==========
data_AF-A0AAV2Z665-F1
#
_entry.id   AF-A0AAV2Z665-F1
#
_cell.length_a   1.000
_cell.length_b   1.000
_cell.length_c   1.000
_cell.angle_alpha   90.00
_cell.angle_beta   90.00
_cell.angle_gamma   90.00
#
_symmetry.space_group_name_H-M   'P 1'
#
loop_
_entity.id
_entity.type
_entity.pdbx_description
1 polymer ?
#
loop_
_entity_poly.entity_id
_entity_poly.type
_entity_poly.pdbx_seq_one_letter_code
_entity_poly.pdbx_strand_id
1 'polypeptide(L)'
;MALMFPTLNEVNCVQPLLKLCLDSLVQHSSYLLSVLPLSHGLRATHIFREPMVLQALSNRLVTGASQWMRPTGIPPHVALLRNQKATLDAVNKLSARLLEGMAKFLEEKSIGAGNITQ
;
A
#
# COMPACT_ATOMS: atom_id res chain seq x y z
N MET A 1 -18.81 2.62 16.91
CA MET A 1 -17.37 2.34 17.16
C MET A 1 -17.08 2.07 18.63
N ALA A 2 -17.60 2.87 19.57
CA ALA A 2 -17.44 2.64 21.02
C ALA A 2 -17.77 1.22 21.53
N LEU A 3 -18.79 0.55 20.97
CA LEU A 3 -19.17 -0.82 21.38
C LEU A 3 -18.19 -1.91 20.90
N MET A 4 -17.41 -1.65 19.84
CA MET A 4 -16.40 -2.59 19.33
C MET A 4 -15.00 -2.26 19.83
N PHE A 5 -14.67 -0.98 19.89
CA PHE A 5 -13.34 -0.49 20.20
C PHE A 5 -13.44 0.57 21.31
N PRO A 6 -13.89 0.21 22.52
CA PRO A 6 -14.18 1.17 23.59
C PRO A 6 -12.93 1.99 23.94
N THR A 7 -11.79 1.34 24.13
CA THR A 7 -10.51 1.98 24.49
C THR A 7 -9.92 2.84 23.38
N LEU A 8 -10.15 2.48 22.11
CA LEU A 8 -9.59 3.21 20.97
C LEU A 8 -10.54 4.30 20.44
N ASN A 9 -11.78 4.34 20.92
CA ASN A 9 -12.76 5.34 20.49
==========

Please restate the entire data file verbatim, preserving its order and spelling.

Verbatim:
data_AF-A0AAV2Z665-F1
#
_entry.id   AF-A0AAV2Z665-F1
#
_cell.length_a   1.000
_cell.length_b   1.000
_cell.length_c   1.000
_cell.angle_alpha   90.00
_cell.angle_beta   90.00
_cell.angle_gamma   90.00
#
_symmetry.space_group_name_H-M   'P 1'
#
loop_
_entity.id
_entity.type
_entity.pdbx_description
1 polymer ?
#
loop_
_entity_poly.entity_id
_entity_poly.type
_entity_poly.pdbx_seq_one_letter_code
_entity_poly.pdbx_strand_id
1 'polypeptide(L)'
;MALMFPTLNEVNCVQPLLKLCLDSLVQHSSYLLSVLPLSHGLRATHIFREPMVLQALSNRLVTGASQWMRPTGIPPHVALLRNQKATLDAVNKLSARLLEGMAKFLEEKSIGAGNITQ
;
A
#
# COMPACT_ATOMS: atom_id res chain seq x y z
N MET A 1 -18.81 2.62 16.91
CA MET A 1 -17.37 2.34 17.16
C MET A 1 -17.08 2.07 18.63
N ALA A 2 -17.60 2.87 19.57
CA ALA A 2 -17.44 2.64 21.02
C ALA A 2 -17.77 1.22 21.53
N LEU A 3 -18.79 0.55 20.97
CA LEU A 3 -19.17 -0.82 21.38
C LEU A 3 -18.19 -1.91 20.90
N MET A 4 -17.41 -1.65 19.84
CA MET A 4 -16.40 -2.59 19.33
C MET A 4 -15.00 -2.26 19.83
N PHE A 5 -14.67 -0.98 19.89
CA PHE A 5 -13.34 -0.49 20.20
C PHE A 5 -13.44 0.57 21.31
N PRO A 6 -13.89 0.21 22.52
CA PRO A 6 -14.18 1.17 23.59
C PRO A 6 -12.93 1.99 23.94
N THR A 7 -11.79 1.34 24.13
CA THR A 7 -10.51 1.98 24.49
C THR A 7 -9.92 2.84 23.38
N LEU A 8 -10.15 2.48 22.11
CA LEU A 8 -9.59 3.21 20.97
C LEU A 8 -10.54 4.30 20.44
N ASN A 9 -11.78 4.34 20.92
CA ASN A 9 -12.76 5.34 20.49